New council focuses on hunger
A new statewide council, Bridging the Nutritional Divide, has been created to battle hunger.
Gov. Terry McAuliffe announced the council’s formation last week and first lady Dorothy McAuliffe will be its chairwoman.
Spencer Neale, director of commodity marketing for the Virginia Farm Bureau, said the new Commonwealth Council on Bridging the Nutritional Divide is an “attempt to bring a statewide focus to the effort” of battling hunger.
Neale said the council will include many members of statewide agencies such as the Virginia Food Bank, the Virginia Farm Bureau as well as local industries, that have been battling statewide hunger for a long time. The question, Neale said, is “How do we all come together and work together to get solutions that are meaning?”
The council will — among many objectives, such as making food more accessible to more people — seek to end childhood hunger.
“Children should not have to go hungry in this day and age,” Neale said.
Michael McKee, chief executive officer of the Blue Ridge Area Food Bank, said they are “delighted and encouraged” with the announcement as well as the plan’s focus.
“We are seeing ongoing, high levels of need for food assistance,” McKee said.
As of 2012, the website for Feeding America reports that the total of food-insecure people in Virginia is 993,530, or 12.1 percent of the state’s population.
“That means that [12.1 percent] of Virginians do not know where their next meal is going to come from,” McKee said.
For local counties, the amount of food insecurity for children ranges at significantly higher rates than the state average. According to Feeding America, Shenandoah County has a food insecurity rate of 20 percent for children.
That translates to roughly 1,850 children in the county. By comparison, Warren County has a rate of 16.3 percent (1,460 children), Frederick County has a rate of 14.6 percent (2,850 children) and Page County has a rate of 22.3 percent (1,150 children).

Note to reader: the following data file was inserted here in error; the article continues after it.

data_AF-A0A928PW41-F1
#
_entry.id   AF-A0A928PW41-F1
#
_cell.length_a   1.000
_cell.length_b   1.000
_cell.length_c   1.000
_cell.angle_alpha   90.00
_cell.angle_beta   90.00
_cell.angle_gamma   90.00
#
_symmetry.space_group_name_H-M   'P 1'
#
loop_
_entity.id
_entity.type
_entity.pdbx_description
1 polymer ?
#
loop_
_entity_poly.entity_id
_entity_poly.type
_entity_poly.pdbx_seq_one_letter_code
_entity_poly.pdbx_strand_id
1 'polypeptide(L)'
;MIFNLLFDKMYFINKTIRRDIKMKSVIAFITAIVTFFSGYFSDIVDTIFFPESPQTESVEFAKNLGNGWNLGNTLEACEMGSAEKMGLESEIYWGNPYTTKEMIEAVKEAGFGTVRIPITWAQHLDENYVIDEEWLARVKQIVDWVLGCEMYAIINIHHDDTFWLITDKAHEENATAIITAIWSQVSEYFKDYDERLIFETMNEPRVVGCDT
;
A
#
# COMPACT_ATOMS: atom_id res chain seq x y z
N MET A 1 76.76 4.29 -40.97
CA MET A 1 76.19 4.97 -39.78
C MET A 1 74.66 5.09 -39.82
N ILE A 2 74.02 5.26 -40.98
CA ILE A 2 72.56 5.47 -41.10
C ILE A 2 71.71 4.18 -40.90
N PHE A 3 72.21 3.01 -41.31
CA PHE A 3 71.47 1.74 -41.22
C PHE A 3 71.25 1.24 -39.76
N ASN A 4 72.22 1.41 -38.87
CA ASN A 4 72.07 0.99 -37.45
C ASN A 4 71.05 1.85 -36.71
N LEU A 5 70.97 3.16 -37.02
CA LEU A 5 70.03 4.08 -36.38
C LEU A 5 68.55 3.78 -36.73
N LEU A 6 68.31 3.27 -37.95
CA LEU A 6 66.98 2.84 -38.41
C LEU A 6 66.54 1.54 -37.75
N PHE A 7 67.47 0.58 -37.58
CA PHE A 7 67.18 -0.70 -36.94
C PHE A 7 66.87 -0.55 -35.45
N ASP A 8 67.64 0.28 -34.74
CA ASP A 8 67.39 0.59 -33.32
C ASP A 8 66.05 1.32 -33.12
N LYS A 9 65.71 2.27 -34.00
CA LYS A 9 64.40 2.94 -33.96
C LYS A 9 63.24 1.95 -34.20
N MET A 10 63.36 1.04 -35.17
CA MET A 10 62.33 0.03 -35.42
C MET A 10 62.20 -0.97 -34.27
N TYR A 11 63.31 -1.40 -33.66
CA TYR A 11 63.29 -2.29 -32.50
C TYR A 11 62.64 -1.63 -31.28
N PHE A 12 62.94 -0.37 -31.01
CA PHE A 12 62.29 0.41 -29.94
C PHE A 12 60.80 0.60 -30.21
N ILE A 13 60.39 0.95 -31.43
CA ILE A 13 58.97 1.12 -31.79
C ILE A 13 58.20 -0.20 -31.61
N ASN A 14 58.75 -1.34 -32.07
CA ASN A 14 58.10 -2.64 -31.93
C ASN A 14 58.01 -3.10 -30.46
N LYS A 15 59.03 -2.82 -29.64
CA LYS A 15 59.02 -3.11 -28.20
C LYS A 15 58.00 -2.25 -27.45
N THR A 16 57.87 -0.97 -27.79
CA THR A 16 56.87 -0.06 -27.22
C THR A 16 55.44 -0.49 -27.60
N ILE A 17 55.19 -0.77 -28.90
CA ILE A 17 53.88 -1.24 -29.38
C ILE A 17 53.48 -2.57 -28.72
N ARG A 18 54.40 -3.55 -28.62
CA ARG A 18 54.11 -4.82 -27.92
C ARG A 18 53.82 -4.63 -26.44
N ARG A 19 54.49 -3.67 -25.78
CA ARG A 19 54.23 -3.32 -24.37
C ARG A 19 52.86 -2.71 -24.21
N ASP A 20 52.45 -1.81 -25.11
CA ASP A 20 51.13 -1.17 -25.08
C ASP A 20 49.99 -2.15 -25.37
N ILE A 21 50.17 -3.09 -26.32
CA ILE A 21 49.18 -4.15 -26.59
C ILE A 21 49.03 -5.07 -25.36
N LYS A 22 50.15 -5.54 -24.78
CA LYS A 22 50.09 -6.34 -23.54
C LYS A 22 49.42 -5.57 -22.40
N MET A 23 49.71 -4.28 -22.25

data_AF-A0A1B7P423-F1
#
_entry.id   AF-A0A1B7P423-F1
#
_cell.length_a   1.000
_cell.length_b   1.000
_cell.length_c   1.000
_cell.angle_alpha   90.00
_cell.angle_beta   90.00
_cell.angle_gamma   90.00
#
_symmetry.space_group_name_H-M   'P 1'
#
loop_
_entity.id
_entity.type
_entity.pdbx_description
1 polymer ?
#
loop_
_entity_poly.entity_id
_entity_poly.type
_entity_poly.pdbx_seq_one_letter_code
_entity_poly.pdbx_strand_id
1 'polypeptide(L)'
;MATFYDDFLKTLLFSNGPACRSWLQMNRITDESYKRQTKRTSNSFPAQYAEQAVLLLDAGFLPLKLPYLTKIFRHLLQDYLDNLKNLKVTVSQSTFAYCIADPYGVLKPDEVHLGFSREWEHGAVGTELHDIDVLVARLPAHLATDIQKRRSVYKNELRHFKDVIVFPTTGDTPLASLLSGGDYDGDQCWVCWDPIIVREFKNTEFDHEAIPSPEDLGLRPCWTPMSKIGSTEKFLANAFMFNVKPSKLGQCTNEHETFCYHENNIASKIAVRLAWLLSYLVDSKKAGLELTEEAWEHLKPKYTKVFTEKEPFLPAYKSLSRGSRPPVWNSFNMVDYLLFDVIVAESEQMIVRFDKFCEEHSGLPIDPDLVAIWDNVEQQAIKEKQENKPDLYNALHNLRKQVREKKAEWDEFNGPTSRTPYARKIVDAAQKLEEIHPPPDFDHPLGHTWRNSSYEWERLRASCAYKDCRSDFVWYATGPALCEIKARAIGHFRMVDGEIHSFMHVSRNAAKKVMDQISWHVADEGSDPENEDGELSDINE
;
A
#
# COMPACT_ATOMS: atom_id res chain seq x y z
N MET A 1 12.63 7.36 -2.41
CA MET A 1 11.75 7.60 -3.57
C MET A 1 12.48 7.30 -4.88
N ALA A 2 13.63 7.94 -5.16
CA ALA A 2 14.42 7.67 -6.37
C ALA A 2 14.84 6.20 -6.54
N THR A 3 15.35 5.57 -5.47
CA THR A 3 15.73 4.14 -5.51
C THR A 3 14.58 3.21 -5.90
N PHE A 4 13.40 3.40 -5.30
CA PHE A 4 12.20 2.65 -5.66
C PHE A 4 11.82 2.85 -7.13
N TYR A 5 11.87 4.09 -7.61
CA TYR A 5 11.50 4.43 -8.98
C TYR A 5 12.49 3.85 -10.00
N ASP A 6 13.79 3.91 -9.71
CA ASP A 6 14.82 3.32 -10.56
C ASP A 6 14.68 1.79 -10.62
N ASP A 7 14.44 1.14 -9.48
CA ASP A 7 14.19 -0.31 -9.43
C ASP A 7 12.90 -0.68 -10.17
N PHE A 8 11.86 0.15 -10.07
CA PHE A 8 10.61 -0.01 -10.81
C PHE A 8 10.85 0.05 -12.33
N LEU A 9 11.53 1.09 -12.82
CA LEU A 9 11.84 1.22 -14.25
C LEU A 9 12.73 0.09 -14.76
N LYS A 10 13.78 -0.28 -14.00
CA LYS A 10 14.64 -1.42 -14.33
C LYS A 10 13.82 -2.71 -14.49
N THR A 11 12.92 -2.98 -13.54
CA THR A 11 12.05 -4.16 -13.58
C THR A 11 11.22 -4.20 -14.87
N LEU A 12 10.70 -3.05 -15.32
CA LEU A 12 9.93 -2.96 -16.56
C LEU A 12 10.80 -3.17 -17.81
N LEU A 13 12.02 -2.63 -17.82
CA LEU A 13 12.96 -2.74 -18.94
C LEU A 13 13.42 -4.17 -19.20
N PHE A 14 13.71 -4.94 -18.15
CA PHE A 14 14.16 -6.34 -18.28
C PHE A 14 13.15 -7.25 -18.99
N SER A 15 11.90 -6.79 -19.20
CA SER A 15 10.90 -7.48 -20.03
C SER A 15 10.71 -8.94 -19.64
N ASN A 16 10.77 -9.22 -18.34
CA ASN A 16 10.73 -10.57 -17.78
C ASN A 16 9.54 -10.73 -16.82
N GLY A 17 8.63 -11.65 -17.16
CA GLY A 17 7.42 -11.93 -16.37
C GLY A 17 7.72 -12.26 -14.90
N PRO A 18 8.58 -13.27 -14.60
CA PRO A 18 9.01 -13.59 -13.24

McKee added that the fight to end food hunger is also closely tied to enhancing economic development, health and education, as well as using the state’s agricultural resources.
One of the biggest hurdles for battling hunger is the state’s population in comparison to the number of farms, Neale said.
“We have to look at how to feed more and more people with a finite number of farmers,” Neale said.
The Virginia Department of Agriculture and Consumer Services estimates there are around 46,000 farms in the state of Virginia. The U.S. Census Bureau estimated in June 2013 that there are more than 8 million people in the state.
Because of numbers like that, Neale said Virginia will never be able to produce enough food for every person in the state.
One way the state can look at to help food-insecure homes is by providing more produce and other nutritionally dense food, McKee said.
This would mean increasing the fresh produce from the fields which, McKee said, is still an abundant resource for the food bank. This is important, added McKee, because the food bank is receiving less and less food from big manufacturing companies.
McKee said that people with food insecurity are often shopping on a budget that does not allow for healthy eating. He added this lack of healthy eating can lead to additional problems such has diabetes and obesity.
In regards to who will be on the council, Neale said “There is definitely an economic development angle to it.”
“We haven’t seen an increase in poverty, but [actually] a high level of underemployment. [We’re] serving more people who are working and need food assistance,” McKee said.
He said the long-term answer is in providing more full-time jobs with benefits to more people.
At the same time, McKee stressed the importance of using the state’s agricultural resources to battle hunger.
“[We need to] marry these efforts with economic and workforce developments so that Virginians can take care of themselves,” McKee said.
The new council will meet quarterly starting in the first quarter of 2014 and report back to the governor, Neale said.
The plan for the council expires in January 2018, whe McAuliffe’s term as governor ends.
However, Neale noted that efforts to fight hunger could extend well beyond that.
The first few years of this council will largely be focused on “laying the framework” for the future, Neale said.
Contact staff writer Kevin Green at 540-465-5137 ext. 155, or email@example.com